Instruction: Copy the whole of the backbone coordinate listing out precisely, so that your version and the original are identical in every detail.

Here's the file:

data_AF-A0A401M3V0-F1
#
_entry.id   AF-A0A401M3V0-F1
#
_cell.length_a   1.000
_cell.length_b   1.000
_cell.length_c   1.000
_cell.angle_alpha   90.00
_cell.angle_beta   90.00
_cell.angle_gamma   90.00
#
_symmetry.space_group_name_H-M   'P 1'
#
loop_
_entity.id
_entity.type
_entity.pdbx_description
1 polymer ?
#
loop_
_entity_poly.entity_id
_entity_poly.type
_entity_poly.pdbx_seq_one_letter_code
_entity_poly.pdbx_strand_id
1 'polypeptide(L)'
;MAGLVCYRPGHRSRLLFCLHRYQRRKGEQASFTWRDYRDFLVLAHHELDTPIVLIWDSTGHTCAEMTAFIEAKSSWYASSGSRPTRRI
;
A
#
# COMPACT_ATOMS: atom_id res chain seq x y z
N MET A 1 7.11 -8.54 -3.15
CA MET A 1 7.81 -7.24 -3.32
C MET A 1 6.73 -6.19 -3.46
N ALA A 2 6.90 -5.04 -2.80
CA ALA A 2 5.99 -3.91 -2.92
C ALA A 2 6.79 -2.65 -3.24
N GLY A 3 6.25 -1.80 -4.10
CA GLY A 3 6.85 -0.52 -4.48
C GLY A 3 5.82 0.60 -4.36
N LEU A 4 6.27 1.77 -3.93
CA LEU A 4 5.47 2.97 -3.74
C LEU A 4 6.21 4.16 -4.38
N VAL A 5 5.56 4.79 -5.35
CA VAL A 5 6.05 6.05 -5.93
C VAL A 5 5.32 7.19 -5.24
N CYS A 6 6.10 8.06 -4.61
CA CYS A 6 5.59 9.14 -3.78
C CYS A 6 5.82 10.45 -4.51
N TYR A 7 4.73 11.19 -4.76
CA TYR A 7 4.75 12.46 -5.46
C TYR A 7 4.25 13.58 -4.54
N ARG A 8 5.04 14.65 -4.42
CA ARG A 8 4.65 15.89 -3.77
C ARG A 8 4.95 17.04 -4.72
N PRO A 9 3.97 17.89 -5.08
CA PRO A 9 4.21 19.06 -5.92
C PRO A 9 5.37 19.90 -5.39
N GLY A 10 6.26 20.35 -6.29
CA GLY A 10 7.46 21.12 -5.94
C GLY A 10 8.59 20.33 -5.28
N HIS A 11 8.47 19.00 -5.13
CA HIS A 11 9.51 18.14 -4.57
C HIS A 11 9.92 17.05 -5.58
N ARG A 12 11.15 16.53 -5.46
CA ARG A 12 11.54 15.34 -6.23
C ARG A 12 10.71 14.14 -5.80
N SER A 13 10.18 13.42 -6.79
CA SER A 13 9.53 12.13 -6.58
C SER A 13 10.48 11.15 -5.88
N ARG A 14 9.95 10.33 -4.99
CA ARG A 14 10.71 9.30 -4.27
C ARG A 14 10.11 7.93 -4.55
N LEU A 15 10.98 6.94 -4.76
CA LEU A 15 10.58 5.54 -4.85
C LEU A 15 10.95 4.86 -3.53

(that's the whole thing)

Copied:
data_AF-A0A401M3V0-F1
#
_entry.id   AF-A0A401M3V0-F1
#
_cell.length_a   1.000
_cell.length_b   1.000
_cell.length_c   1.000
_cell.angle_alpha   90.00
_cell.angle_beta   90.00
_cell.angle_gamma   90.00
#
_symmetry.space_group_name_H-M   'P 1'
#
loop_
_entity.id
_entity.type
_entity.pdbx_description
1 polymer ?
#
loop_
_entity_poly.entity_id
_entity_poly.type
_entity_poly.pdbx_seq_one_letter_code
_entity_poly.pdbx_strand_id
1 'polypeptide(L)'
;MAGLVCYRPGHRSRLLFCLHRYQRRKGEQASFTWRDYRDFLVLAHHELDTPIVLIWDSTGHTCAEMTAFIEAKSSWYASSGSRPTRRI
;
A
#
# COMPACT_ATOMS: atom_id res chain seq x y z
N MET A 1 7.11 -8.54 -3.15
CA MET A 1 7.81 -7.24 -3.32
C MET A 1 6.73 -6.19 -3.46
N ALA A 2 6.90 -5.04 -2.80
CA ALA A 2 5.99 -3.91 -2.92
C ALA A 2 6.79 -2.65 -3.24
N GLY A 3 6.25 -1.80 -4.10
CA GLY A 3 6.85 -0.52 -4.48
C GLY A 3 5.82 0.60 -4.36
N LEU A 4 6.27 1.77 -3.93
CA LEU A 4 5.47 2.97 -3.74
C LEU A 4 6.21 4.16 -4.38
N VAL A 5 5.56 4.79 -5.35
CA VAL A 5 6.05 6.05 -5.93
C VAL A 5 5.32 7.19 -5.24
N CYS A 6 6.10 8.06 -4.61
CA CYS A 6 5.59 9.14 -3.78
C CYS A 6 5.82 10.45 -4.51
N TYR A 7 4.73 11.19 -4.76
CA TYR A 7 4.75 12.46 -5.46
C TYR A 7 4.25 13.58 -4.54
N ARG A 8 5.04 14.65 -4.42
CA ARG A 8 4.65 15.89 -3.77
C ARG A 8 4.95 17.04 -4.72
N PRO A 9 3.97 17.89 -5.08
CA PRO A 9 4.21 19.06 -5.92
C PRO A 9 5.37 19.90 -5.39
N GLY A 10 6.26 20.35 -6.29
CA GLY A 10 7.46 21.12 -5.94
C GLY A 10 8.59 20.33 -5.28
N HIS A 11 8.47 19.00 -5.13
CA HIS A 11 9.51 18.14 -4.57
C HIS A 11 9.92 17.05 -5.58
N ARG A 12 11.15 16.53 -5.46
CA ARG A 12 11.54 15.34 -6.23
C ARG A 12 10.71 14.14 -5.80
N SER A 13 10.18 13.42 -6.79
CA SER A 13 9.53 12.13 -6.58
C SER A 13 10.48 11.15 -5.88
N ARG A 14 9.95 10.33 -4.99
CA ARG A 14 10.71 9.30 -4.27
C ARG A 14 10.11 7.93 -4.55
N LEU A 15 10.98 6.94 -4.76
CA LEU A 15 10.58 5.54 -4.85
C LEU A 15 10.95 4.86 -3.53